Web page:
Immigration Minister Jason Kenney, a devout Catholic, was the first cabinet minister to publicly announce he would support the motion. The votes of the other cabinet ministers were not anticipated however. It garnered the support of Status of Women Minister Rona Ambrose, Government House leader Peter Van Loan, National Revenue Minister Gail Shea, Trade Minister Ed Fast, Intergovernmental Affairs Minister Peter Penashue, International Co-operation and CIDA Minister Julian Fantino, Agriculture Minister Gerry Ritz, Foreign Affairs Secretary of State Diane Ablonczy and Minister of State for Seniors Alice Wong.

Prime Minister Stephen Harper respected the House tradition of free votes on private member's business, something the New Democratic Party was not prepared to do, said Woodworth at a news conference following the vote.

"NDP members, with their extreme personal preoccupation with abortion, actually suggested that we give the Prime Minister power to veto private members' motions," he said. "Can you imagine. They propose to take away one of the most effective democratic tools left to MPs in the face of an MP's diminishing role."  

Woodworth said he'd done his job by exposing Subsection 223(1), "the most vile, most unjust law in Canada." It rules that a human life does not begin until a baby is actually born.  

Though opponents of Motion 312 have said the abortion debate is settled and the courts recognize a right to abortion, Woodworth pointed out Justice Bertha Wilson in the 1988 Morgentaler decision left the question of protection for unborn life to Parliament. That means the question of how to honour universal human rights in Canada "will remain open and unresolved," he said.

"This issue was never closed, it's not closed now and will never be closed if we in Parliament continue to stick our collective head in the sand," he said.

He remarked on the huge volume of mail mostly in favour of the motion, the hundreds of petitions with thousands of signatures that showed both women and men supported it. The volume of mail was so big it clogged up the Parliamentary post office, he said.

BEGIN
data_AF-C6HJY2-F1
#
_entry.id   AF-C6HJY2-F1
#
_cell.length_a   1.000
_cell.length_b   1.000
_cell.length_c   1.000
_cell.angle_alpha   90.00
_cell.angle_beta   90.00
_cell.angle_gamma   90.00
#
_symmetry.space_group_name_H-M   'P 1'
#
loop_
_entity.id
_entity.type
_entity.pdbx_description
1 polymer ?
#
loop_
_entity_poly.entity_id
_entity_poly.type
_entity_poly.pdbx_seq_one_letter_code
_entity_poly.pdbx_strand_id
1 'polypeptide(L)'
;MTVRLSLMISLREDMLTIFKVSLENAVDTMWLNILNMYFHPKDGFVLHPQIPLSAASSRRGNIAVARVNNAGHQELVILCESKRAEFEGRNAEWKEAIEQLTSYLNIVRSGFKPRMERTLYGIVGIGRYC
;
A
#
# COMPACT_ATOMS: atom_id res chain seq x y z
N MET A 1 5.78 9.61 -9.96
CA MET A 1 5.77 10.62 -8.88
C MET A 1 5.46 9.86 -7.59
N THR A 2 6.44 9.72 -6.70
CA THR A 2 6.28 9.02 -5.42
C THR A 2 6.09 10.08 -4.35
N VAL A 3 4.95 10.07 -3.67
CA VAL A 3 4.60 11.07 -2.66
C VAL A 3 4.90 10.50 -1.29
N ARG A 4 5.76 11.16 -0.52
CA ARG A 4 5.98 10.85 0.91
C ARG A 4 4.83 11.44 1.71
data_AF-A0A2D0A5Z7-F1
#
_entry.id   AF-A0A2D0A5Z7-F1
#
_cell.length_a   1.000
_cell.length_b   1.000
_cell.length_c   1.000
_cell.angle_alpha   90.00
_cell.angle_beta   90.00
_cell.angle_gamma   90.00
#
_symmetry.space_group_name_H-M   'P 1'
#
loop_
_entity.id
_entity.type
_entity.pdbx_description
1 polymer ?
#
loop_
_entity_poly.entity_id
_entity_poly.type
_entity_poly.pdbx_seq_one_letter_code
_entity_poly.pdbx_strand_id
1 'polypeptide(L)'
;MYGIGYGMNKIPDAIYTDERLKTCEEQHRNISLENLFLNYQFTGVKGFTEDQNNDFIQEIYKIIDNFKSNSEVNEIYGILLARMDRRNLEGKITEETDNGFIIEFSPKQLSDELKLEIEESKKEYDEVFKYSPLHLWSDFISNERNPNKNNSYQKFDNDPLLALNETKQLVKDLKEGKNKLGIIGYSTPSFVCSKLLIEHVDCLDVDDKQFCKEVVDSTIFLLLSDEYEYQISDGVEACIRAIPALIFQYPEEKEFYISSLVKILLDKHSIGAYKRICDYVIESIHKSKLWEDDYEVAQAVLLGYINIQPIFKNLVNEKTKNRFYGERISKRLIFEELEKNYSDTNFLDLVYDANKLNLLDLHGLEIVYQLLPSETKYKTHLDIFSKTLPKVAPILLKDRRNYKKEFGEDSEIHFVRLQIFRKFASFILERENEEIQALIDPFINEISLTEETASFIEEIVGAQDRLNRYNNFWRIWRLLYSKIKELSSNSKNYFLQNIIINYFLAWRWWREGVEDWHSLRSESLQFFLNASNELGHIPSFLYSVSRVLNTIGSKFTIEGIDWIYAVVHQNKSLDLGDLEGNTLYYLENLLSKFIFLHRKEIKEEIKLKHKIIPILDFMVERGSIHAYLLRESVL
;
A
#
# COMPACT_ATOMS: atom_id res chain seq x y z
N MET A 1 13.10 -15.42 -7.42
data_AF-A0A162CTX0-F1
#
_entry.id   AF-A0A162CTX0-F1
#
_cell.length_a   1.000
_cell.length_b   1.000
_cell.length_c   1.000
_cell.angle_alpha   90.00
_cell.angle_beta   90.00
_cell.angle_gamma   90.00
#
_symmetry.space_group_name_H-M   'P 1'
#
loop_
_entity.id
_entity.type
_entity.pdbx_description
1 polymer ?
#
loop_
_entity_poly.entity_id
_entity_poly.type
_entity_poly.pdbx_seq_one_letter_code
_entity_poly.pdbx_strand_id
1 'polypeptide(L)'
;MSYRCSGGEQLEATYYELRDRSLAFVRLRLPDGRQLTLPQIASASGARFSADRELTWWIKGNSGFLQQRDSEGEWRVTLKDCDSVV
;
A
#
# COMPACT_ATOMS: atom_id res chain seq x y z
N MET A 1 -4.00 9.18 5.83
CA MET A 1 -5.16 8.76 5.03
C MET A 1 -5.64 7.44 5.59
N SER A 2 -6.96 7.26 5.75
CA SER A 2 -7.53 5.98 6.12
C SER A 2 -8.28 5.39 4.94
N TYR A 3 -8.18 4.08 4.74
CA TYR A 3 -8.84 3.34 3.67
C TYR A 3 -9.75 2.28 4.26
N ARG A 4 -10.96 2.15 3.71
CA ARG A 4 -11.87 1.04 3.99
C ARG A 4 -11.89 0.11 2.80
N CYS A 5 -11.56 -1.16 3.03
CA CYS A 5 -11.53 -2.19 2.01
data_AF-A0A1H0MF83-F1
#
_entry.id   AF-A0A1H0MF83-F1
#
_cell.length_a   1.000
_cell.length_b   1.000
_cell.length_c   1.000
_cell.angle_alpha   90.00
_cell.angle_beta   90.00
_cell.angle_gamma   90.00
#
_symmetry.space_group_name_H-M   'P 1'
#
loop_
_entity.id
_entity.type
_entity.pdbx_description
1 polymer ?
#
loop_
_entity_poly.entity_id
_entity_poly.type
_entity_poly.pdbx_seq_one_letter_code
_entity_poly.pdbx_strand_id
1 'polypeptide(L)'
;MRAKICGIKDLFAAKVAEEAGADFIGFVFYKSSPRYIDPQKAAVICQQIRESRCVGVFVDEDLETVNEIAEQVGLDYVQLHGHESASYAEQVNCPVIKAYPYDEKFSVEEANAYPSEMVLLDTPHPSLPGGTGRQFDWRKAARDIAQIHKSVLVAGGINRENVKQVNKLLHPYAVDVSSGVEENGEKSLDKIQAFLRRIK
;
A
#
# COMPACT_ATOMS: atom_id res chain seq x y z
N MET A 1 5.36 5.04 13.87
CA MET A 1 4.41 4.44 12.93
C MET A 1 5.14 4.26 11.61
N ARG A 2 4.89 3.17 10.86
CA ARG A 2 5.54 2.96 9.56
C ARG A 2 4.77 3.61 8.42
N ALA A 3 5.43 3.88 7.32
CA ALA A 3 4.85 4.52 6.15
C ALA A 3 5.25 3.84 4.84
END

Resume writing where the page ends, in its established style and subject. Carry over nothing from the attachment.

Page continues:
"I want Canadians to remember that no great issue is ever determined by a single vote in the House of Commons," he said. "It remains for the Canadian people to rise up even more strongly in defence of honest laws and universal human rights, which are so shamefully violated by subsection 223(1)."

"I think Canadians will conclude that much of what was said by those speaking against Motion 312 in the Parliamentary debate lacked any logic or coherence," he said. "Many speakers against Motion 312 showed they were willing to abandon time-honoured Canadian values in a single-minded personal preoccupation with abortion no matter how grave the consequences."

Campaign Life Coalition national organizer Mary Ellen Douglas congratulated the MPs who had the courage to vote for the motion.

"We hope this will give them the courage to continue to bring up the issue in Parliament as often as it takes to obtain a law," she said.

She said all of the identified pro-life MPs except for a couple were accounted for in the vote. But many others not identified as pro-life also supported it.

"The point is they were presumably voting on freedom of speech," she said, noting "pro-aborts" have said the issue "cannot even be discussed in Parliament."